Sources: Fire may have erupted on UPS 747

WASHINGTON — The fire that broke out in a UPS plane that crashed last week in Dubai, killing both pilots, appears to have begun in a cargo compartment, according to people familiar with the accident investigation.

Accident investigators are now trying to verify which cargo aboard the Boeing 747-400 was located just forward of the starboard wing, where the fire erupted, those familiar with the investigation said. Investigators also want to know if there were any lithium-ion batteries in that location. If a battery short-circuits, it can catch fire and ignite others.

The location of the fire was identified so quickly because the plane was equipped with a sophisticated data transmission system that sent information via satellite to the company’s airline operations headquarters in Louisville, Ky. The transmissions are so fast, people familiar with the investigation said, that UPS’ airline operations half a world away had information in hand indicating the plane was in serious trouble before it crashed.

Those familiar with the investigation who discussed the preliminary findings asked not to be identified because they weren’t authorized to speak publicly.

Atlanta-based UPS, formally known as United Parcel Service Inc., has identified the crew members killed in the crash as Capt. Doug Lampe of Louisville, Ky., 48, and First Officer Matthew Bell, 38, of Sanford, Fla. Lampe had been with UPS since 1995. Bell had been with the company since 2006. Both flew out of UPS’s Anchorage, Alaska, pilot base.

UPS spokesman Mike Mangeot confirmed that the crashed plane was equipped with an airplane health management system, Boeing’s name for the transmission system. He declined to comment directly on the crash or what information the company received from the plane before the accident.

AHM systems help “self-diagnose” problems in flight and alert the airline before landing so that maintenance workers are ready to do repairs and parts are on hand. The systems aren’t standard on Boeing planes, but the company has been installing them on 747-400s for customers who request them for about five years, said Boeing spokesman Jim Proulx.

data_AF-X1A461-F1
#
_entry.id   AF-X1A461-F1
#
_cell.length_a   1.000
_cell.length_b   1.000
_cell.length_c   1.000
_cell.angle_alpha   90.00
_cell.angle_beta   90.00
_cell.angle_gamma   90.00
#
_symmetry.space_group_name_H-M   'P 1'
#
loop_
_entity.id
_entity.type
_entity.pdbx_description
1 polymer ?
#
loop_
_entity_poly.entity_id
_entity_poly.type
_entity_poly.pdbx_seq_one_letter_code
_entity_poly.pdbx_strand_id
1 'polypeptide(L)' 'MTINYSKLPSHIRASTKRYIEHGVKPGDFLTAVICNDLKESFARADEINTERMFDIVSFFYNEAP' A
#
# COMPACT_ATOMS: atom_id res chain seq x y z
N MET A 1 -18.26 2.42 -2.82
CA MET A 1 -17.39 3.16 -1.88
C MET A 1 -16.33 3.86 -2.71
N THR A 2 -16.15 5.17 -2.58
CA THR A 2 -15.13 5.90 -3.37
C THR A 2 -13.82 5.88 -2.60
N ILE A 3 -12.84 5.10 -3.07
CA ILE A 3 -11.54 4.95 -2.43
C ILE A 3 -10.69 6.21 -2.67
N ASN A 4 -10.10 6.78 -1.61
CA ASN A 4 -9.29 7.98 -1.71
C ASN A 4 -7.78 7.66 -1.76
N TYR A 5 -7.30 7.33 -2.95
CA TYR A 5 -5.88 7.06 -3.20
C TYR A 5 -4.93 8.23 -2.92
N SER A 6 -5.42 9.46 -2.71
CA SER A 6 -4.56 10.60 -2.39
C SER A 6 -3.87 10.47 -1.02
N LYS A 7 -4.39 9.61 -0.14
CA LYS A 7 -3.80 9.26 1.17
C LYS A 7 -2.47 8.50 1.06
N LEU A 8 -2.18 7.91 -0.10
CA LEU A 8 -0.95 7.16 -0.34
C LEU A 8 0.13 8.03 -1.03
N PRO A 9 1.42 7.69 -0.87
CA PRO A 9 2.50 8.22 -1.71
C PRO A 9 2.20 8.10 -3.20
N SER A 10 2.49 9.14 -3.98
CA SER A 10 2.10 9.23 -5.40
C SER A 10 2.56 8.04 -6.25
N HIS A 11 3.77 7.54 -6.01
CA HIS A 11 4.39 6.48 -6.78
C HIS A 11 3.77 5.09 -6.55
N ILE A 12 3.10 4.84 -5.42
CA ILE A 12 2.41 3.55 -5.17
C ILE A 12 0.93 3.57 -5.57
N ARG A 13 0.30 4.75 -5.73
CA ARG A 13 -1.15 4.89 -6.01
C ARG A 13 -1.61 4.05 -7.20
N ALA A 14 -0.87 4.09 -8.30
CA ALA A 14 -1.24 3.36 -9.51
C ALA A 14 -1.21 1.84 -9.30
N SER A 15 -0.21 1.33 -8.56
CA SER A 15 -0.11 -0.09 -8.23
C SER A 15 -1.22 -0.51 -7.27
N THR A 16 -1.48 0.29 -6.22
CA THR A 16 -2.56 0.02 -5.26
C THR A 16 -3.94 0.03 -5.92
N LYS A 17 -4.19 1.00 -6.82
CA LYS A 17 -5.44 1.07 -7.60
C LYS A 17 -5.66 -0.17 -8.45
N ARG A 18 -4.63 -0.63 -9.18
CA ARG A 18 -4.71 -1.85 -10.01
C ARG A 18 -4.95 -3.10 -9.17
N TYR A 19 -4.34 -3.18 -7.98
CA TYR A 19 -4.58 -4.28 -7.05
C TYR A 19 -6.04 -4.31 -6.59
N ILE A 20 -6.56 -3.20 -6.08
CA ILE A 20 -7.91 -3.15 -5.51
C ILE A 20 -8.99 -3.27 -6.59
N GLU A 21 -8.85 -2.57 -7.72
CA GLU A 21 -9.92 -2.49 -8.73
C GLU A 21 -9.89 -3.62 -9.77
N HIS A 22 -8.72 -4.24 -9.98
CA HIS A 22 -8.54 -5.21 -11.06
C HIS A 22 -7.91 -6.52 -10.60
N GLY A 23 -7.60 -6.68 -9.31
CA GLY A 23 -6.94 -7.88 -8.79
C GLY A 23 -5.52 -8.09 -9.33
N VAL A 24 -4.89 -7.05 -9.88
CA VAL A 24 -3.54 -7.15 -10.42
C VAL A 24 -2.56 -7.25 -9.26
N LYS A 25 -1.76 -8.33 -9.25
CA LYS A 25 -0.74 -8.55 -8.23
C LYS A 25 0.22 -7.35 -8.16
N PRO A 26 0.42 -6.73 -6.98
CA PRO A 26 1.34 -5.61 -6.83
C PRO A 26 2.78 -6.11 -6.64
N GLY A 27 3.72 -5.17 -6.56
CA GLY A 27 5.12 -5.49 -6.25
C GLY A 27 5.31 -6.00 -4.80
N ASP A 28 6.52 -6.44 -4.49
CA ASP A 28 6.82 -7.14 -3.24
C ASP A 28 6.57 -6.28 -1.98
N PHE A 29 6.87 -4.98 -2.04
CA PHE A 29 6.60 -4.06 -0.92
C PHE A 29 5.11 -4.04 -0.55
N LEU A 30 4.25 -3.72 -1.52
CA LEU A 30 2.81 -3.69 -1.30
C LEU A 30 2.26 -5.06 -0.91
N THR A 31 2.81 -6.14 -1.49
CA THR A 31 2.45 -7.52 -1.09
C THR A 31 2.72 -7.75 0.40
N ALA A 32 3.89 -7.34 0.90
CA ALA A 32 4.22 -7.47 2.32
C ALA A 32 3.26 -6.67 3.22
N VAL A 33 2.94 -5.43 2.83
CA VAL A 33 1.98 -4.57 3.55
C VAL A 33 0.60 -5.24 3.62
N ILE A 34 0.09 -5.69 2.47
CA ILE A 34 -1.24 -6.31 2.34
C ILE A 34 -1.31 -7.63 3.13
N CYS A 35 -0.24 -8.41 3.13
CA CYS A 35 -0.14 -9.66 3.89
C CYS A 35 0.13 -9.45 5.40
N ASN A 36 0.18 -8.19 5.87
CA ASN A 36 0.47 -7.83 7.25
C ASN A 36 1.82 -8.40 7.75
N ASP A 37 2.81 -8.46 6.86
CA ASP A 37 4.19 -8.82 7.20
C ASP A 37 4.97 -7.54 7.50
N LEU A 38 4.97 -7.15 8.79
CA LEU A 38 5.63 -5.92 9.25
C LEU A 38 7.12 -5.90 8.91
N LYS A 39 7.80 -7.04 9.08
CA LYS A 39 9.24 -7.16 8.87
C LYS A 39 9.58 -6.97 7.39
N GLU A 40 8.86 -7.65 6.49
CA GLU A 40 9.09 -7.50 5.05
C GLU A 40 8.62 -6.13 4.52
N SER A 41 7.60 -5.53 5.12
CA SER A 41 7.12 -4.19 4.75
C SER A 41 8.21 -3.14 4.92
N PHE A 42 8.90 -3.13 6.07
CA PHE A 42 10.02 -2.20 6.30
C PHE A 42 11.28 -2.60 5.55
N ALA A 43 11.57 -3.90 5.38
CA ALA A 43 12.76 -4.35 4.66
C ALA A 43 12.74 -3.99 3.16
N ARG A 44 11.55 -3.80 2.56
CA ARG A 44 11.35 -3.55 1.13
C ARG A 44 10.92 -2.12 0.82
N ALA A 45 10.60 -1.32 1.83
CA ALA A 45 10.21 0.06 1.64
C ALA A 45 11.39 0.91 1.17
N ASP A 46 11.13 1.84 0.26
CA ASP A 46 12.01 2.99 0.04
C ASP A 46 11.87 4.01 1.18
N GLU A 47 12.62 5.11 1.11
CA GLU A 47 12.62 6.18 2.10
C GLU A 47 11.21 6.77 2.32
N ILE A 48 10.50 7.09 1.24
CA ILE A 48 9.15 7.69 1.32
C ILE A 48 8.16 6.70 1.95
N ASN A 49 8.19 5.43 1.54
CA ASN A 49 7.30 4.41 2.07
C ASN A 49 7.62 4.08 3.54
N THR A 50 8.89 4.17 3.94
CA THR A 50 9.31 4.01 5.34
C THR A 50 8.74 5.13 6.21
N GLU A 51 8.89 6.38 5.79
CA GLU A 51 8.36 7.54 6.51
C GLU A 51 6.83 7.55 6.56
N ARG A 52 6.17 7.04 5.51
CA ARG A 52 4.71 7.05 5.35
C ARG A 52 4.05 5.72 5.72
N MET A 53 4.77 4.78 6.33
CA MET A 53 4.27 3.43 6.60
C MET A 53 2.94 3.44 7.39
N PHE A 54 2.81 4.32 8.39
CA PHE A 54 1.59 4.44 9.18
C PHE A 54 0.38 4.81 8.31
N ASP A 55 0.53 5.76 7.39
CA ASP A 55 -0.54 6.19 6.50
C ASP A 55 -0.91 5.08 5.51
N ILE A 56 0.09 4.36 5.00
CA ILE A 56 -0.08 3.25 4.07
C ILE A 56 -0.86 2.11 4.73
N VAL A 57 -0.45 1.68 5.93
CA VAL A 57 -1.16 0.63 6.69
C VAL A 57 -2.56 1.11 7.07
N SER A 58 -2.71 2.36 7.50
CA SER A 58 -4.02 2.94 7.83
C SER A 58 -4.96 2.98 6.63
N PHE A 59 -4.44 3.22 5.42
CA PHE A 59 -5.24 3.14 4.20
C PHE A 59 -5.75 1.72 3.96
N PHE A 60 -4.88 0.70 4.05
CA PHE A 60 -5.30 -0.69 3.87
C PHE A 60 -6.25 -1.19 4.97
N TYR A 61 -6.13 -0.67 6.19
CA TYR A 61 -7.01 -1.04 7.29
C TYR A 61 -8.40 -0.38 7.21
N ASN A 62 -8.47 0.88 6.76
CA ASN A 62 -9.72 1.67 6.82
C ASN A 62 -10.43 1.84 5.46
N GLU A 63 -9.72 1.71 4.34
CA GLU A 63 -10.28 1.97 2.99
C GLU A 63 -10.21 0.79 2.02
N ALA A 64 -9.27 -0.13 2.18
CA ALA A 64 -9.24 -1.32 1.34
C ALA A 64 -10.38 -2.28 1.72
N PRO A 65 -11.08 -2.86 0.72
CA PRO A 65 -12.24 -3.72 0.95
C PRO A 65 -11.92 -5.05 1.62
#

Among the data transmitted ahead of the Dubai crash, according to people familiar with the investigation, was an alert about a serious problem in the cargo compartment near the starboard wing.

The plane’s pilots also told air traffic controllers that a fire had broken out in the main compartment, and smoke was so thick that they were having trouble reading their instruments, people familiar with the investigation said.

Among the issues raised by the crash is whether FAA should require equipment be installed in cockpits that would enable pilots to read instruments — in most modern airliners that amounts to computer screens — even in heavy smoke. Pilot unions have been pressing for the equipment.

Pilots have limited options for extinguishing a fire in a cargo compartment, said aviation safety consultant Jack Casey. A continuously smoky fire is especially difficult, Casey said, because it interferes with pilots’ ability to breathe and see well enough to fly the plane.

The investigation is being led by UAE’s aviation authority, but a team led by the National Transportation Safety Board has flown to Dubai to assist the investigation.